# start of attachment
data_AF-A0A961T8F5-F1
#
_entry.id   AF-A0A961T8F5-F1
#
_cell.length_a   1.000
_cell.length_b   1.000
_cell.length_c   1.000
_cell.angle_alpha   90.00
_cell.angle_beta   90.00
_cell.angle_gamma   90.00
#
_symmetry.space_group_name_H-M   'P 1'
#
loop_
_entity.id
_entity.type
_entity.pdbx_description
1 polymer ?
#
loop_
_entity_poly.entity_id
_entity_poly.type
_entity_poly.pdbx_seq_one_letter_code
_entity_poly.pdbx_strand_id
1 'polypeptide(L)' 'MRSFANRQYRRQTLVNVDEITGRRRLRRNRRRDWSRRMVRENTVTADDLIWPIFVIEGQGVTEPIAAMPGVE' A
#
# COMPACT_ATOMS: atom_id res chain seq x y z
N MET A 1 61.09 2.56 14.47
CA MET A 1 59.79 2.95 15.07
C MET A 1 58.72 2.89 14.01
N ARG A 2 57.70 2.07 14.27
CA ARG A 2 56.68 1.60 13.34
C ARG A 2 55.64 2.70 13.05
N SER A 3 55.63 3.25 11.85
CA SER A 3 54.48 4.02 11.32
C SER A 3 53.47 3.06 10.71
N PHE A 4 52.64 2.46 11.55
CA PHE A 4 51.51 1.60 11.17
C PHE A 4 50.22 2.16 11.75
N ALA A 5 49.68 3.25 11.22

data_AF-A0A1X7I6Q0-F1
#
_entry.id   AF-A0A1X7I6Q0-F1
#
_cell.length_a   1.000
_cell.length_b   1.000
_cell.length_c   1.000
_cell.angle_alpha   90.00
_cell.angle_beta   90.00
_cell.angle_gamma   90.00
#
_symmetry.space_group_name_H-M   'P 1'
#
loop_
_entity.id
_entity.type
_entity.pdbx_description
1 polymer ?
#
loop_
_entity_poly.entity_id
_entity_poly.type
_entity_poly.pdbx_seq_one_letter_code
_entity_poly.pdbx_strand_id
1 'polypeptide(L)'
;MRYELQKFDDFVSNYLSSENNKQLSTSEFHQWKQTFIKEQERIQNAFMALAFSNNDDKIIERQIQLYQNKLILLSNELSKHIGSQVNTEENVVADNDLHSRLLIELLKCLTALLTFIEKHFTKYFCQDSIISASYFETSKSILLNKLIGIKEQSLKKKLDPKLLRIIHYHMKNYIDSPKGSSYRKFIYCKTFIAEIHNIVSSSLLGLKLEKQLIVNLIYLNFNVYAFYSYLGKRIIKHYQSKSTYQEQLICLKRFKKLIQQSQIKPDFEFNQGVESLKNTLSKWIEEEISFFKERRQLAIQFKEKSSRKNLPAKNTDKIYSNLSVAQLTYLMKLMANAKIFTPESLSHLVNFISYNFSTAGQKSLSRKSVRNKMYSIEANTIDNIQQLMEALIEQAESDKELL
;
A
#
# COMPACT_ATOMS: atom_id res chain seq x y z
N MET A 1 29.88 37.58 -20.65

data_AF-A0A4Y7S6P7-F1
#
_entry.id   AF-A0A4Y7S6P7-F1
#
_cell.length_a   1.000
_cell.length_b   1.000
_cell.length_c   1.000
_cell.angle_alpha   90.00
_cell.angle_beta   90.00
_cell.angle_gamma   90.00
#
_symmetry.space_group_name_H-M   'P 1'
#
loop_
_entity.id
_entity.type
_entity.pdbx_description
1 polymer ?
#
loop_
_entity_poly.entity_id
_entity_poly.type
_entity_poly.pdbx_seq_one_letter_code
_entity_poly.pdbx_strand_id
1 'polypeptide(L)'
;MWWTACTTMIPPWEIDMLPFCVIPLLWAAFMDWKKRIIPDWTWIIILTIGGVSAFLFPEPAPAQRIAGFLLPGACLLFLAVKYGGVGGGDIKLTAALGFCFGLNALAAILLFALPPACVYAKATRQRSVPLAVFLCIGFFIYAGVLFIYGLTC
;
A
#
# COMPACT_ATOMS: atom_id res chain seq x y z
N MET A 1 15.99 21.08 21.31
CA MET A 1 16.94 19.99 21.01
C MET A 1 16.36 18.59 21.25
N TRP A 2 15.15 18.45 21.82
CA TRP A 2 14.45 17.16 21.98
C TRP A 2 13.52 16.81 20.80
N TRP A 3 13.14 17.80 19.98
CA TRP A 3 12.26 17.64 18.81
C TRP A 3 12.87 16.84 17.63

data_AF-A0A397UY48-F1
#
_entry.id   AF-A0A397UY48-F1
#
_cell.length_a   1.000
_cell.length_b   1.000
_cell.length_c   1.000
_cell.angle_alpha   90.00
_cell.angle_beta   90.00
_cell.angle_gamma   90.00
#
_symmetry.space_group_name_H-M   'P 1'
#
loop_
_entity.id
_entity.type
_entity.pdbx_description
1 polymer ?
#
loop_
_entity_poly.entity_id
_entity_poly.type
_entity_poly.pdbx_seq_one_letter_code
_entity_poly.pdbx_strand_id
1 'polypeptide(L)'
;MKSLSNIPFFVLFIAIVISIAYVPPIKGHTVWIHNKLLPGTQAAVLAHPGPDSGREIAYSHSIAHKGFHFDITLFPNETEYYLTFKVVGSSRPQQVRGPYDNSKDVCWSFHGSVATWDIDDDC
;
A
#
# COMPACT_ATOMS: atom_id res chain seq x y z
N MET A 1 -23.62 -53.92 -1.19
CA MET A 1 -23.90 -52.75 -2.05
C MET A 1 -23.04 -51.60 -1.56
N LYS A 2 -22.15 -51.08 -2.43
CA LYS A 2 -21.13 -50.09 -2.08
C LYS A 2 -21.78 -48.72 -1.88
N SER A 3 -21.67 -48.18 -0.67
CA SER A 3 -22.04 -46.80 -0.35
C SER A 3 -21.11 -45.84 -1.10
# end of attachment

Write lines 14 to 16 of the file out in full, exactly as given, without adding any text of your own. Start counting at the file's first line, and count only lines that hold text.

loop_
_entity.id
_entity.type